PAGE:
First impression on unpacking the Q702 test unit was the solid feel and clean, minimalist styling.
DVico TViX PVR M-4130SH
- Wide range of supported file formats, great design, no image quality or audio problems
- No time shifting, networking is too complicated
The DViCO TViX PVR M-4130SH is a useful device for those who love downloading video and audio files from the Internet. Being able to play them on your TV is great and with the new PVR features, you can watch and record digital television as well.
Price$ 645.00 (AUD)
The DViCO TViX PVR M-4130SH is a hard drive-based media player with basic HDTV PVR support. It can play back every major file format and many obscure videophile and audiophile formats as well. By connecting an aerial to the device, HDTV can be viewed or recorded. In our tests we were mightily impressed with the scope of the device as it can certainly do many things that no other media player can handle. However, considering DViCO have been in the TV tuner game for quite some time now, the PVR functionality seemed gimped and not particularly user-friendly.
The main draw card for the TViX is its ability to play back pretty much anything you can imagine. This iteration has more supported file formats than ever before including 1080p formats and various HDTV capture formats. It is also the world's first device to support MKV files, a video file format that is growing in popularity. MKV is the open source competitor to Microsoft's AVI format and as such has become popular with the peer-to-peer video sharing networks. Including support for this format makes the 4130 an attractive proposition for those downloading large qualities of video files who want to easily play them on a TV.
If you can download it from the Internet, there is a high probability that you can watch it on the TViX. There are very few files that you can't use. The only exceptions we found were DRM protected files, but we expected that considering they call them "protected" for a reason. A full list of the supported file formats can be found in the specifications tab at the top of this review.
When it comes to audio, the TViX supports a large number of file formats. While it can play all the common formats, it can also play more obscure and high quality formats like OGG or lossless files such as FLAC. Images are also supported but only in JPEG format.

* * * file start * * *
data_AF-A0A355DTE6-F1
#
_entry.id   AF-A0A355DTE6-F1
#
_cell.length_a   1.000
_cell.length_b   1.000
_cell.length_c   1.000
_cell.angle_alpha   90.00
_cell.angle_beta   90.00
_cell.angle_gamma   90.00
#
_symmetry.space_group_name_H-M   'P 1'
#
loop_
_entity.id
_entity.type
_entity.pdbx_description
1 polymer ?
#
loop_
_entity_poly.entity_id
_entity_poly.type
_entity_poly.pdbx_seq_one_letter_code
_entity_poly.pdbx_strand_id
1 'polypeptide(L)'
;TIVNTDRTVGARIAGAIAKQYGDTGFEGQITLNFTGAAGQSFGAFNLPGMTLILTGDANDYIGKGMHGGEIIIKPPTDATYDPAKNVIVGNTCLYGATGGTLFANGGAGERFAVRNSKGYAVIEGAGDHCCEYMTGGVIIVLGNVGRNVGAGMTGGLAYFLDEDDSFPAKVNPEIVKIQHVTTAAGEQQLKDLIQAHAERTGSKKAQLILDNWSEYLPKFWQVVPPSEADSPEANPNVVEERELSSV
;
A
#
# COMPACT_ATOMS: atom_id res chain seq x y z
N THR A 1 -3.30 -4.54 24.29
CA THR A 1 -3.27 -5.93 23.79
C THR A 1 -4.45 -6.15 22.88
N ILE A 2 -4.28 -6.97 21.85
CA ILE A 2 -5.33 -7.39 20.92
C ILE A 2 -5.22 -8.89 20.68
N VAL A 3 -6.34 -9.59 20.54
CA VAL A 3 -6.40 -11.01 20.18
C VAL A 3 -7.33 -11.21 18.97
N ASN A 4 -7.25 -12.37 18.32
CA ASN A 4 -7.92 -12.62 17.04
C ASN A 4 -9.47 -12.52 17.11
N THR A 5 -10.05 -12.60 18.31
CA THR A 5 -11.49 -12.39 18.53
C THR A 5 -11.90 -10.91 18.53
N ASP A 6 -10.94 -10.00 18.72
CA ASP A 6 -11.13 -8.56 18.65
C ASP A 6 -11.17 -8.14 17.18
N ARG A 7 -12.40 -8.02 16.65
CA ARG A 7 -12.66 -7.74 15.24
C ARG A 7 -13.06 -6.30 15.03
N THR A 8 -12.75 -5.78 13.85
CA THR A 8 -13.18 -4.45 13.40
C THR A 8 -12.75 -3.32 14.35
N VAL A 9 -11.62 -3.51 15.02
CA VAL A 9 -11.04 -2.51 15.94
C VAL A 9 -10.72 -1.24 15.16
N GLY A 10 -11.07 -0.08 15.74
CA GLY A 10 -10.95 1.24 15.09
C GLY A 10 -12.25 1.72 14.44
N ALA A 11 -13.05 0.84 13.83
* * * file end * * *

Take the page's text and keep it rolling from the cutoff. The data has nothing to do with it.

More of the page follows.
We tested each of the file formats and found no image quality or sound problems at all. Regular DVD rips and files less than 1GB buffered quickly without too much delay but as the file sizes got larger, the buffer was slightly longer -- a 19GB Blu-ray disc rip took only a second or two to start playing.
The PVR functions are fairly basic compared to a dedicated PVR. For a start, there is no time shift feature, which means you can't pause live television. There are manual scheduling functions available via the remote control but it is not clearly labelled and the manual is not clear on its use. You are able to schedule a time and date for recording or make daily or weekly repeats. Scheduling is also available is via the transport stream EPG but this isnt always possible or useful as it is usually very limited. There are currently plans to make the IceTV EPG services compatible with the TViX but at this time, EPG scheduling is fairly useless.
When connected to a PC via a USB port, the device is found as a mass storage device and files can be directly copied with ease. You can also use your home network to stream files from up to four PCs as well. However, the connection via Ethernet is complicated and even the step-by-step instructions in the manual may be too difficult for the average user. The device needs to be configured as part of the network and given a static IP address. Once this is done, the files you wish to access from the PC have to be shared within Windows and placed in a specific folder labelled "tvixhd1". We were disappointed that only this folder could be shared -- we would have liked the freedom to explore the folder tree of our PC across multiple hard drives if needs be.
The current series of TViX players come in two variations which are targeted at the consumer market and the IT market respectively. The TViX PVR M-4130SH does not come with a hard drive and sells for a lower price than the TViX PVR M-5130SH. It is ideal for IT-savvy users who want to install the hard drive of their choice whereas the consumer model comes with a pre-installed 320GB Western Digital drive for an increased price. It worked beautifully, although it won't win any awards for its user interface which is far from attractive or easy to set up.
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GGG Evaluation Team
For work use, Microsoft Word and Excel programs pre-installed on the device are adequate for preparing short documents.
The Fujitsu LifeBook UH574 allowed for great mobility without being obnoxiously heavy or clunky. Its twelve hours of battery life did not disappoint.
The screen was particularly good. It is bright and visible from most angles, however heat is an issue, particularly around the Windows button on the front, and on the back where the battery housing is located.
My first impression after unboxing the Q702 is that it is a nice looking unit. Styling is somewhat minimalist but very effective. The tablet part, once detached, has a nice weight, and no buttons or switches are located in awkward or intrusive positions.
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